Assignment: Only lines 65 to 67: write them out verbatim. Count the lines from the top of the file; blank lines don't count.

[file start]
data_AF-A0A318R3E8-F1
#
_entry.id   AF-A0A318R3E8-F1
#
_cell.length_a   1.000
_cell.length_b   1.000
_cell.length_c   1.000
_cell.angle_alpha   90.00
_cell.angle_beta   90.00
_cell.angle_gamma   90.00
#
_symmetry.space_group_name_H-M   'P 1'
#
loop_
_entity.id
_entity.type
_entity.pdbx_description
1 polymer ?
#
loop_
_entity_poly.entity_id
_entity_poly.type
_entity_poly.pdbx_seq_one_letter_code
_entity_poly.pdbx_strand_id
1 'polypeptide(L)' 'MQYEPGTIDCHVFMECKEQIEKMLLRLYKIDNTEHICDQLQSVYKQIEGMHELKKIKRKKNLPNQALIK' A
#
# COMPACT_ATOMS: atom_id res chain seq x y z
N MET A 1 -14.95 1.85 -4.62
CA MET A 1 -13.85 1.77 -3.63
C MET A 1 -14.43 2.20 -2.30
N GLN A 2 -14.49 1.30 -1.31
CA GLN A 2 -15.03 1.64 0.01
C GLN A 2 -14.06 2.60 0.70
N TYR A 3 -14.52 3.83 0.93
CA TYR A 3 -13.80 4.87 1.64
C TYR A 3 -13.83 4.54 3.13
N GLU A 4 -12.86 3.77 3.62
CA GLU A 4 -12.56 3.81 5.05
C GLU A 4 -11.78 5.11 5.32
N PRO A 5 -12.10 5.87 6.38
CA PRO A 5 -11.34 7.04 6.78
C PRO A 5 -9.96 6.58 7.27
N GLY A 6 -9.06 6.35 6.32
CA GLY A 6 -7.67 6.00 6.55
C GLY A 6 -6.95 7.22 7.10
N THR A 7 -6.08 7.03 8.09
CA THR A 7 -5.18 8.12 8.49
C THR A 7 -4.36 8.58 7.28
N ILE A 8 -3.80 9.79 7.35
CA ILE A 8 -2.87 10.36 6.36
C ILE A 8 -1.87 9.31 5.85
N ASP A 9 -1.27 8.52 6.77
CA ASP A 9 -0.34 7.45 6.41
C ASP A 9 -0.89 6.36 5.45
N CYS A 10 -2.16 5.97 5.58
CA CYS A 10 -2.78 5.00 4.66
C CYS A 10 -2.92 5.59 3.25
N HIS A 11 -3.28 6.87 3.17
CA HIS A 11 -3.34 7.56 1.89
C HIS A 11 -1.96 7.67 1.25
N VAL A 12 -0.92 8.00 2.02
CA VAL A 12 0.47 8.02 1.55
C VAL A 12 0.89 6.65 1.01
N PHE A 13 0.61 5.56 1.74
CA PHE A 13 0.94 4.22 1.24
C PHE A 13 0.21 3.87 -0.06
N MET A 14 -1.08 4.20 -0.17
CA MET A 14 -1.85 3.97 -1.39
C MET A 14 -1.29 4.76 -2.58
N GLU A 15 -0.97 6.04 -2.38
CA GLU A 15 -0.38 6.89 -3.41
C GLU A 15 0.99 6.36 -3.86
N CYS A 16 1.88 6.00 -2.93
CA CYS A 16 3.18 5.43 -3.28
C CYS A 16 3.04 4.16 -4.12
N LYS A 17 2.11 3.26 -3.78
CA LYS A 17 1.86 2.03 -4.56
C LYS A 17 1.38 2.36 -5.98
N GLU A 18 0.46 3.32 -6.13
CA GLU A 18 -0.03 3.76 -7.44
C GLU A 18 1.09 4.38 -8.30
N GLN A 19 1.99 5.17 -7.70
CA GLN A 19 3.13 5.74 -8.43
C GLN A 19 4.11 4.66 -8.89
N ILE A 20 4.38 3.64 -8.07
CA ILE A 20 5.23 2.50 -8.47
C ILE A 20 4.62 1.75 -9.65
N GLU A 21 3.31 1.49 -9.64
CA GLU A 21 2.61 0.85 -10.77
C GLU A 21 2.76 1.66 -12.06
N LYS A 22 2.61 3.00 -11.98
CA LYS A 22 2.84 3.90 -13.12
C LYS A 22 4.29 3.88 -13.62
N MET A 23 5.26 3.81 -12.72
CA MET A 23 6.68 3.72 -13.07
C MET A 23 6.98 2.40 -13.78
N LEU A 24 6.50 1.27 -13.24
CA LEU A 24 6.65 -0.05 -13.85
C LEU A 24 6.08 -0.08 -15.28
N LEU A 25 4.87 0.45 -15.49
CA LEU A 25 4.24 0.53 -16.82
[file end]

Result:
CA PHE A 13 0.94 4.22 1.24
C PHE A 13 0.21 3.87 -0.06
N MET A 14 -1.08 4.20 -0.17